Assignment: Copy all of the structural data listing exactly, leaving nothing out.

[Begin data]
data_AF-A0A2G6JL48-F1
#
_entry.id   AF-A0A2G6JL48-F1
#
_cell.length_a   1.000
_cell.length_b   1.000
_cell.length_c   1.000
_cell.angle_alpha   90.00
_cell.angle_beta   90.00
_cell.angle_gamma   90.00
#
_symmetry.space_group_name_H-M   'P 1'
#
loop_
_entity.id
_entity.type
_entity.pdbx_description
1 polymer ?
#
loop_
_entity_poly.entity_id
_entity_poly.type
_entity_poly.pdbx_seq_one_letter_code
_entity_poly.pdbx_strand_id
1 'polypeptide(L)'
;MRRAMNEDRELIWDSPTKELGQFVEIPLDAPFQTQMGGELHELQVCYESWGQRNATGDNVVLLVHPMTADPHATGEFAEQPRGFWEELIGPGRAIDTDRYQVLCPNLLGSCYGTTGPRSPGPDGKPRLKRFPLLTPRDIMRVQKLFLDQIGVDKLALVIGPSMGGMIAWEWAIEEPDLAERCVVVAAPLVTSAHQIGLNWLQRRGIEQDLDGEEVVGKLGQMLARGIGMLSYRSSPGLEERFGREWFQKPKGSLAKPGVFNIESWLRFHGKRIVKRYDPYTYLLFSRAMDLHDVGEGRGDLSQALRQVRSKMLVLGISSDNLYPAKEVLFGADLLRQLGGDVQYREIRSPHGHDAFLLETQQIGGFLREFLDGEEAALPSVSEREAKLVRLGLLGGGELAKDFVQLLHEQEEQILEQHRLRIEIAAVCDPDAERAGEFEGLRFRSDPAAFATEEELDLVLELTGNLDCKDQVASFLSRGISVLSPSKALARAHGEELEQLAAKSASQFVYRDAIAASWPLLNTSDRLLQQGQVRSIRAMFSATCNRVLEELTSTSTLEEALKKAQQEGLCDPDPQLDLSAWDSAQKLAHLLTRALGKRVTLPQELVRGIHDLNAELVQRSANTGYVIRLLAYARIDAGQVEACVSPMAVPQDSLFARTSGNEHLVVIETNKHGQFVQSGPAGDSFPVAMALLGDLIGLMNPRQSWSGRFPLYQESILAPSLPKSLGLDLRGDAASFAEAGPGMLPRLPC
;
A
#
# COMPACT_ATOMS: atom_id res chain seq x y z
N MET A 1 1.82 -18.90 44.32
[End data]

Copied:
data_AF-A0A2G6JL48-F1
#
_entry.id   AF-A0A2G6JL48-F1
#
_cell.length_a   1.000
_cell.length_b   1.000
_cell.length_c   1.000
_cell.angle_alpha   90.00
_cell.angle_beta   90.00
_cell.angle_gamma   90.00
#
_symmetry.space_group_name_H-M   'P 1'
#
loop_
_entity.id
_entity.type
_entity.pdbx_description
1 polymer ?
#
loop_
_entity_poly.entity_id
_entity_poly.type
_entity_poly.pdbx_seq_one_letter_code
_entity_poly.pdbx_strand_id
1 'polypeptide(L)'
;MRRAMNEDRELIWDSPTKELGQFVEIPLDAPFQTQMGGELHELQVCYESWGQRNATGDNVVLLVHPMTADPHATGEFAEQPRGFWEELIGPGRAIDTDRYQVLCPNLLGSCYGTTGPRSPGPDGKPRLKRFPLLTPRDIMRVQKLFLDQIGVDKLALVIGPSMGGMIAWEWAIEEPDLAERCVVVAAPLVTSAHQIGLNWLQRRGIEQDLDGEEVVGKLGQMLARGIGMLSYRSSPGLEERFGREWFQKPKGSLAKPGVFNIESWLRFHGKRIVKRYDPYTYLLFSRAMDLHDVGEGRGDLSQALRQVRSKMLVLGISSDNLYPAKEVLFGADLLRQLGGDVQYREIRSPHGHDAFLLETQQIGGFLREFLDGEEAALPSVSEREAKLVRLGLLGGGELAKDFVQLLHEQEEQILEQHRLRIEIAAVCDPDAERAGEFEGLRFRSDPAAFATEEELDLVLELTGNLDCKDQVASFLSRGISVLSPSKALARAHGEELEQLAAKSASQFVYRDAIAASWPLLNTSDRLLQQGQVRSIRAMFSATCNRVLEELTSTSTLEEALKKAQQEGLCDPDPQLDLSAWDSAQKLAHLLTRALGKRVTLPQELVRGIHDLNAELVQRSANTGYVIRLLAYARIDAGQVEACVSPMAVPQDSLFARTSGNEHLVVIETNKHGQFVQSGPAGDSFPVAMALLGDLIGLMNPRQSWSGRFPLYQESILAPSLPKSLGLDLRGDAASFAEAGPGMLPRLPC
;
A
#
# COMPACT_ATOMS: atom_id res chain seq x y z
N MET A 1 1.82 -18.90 44.32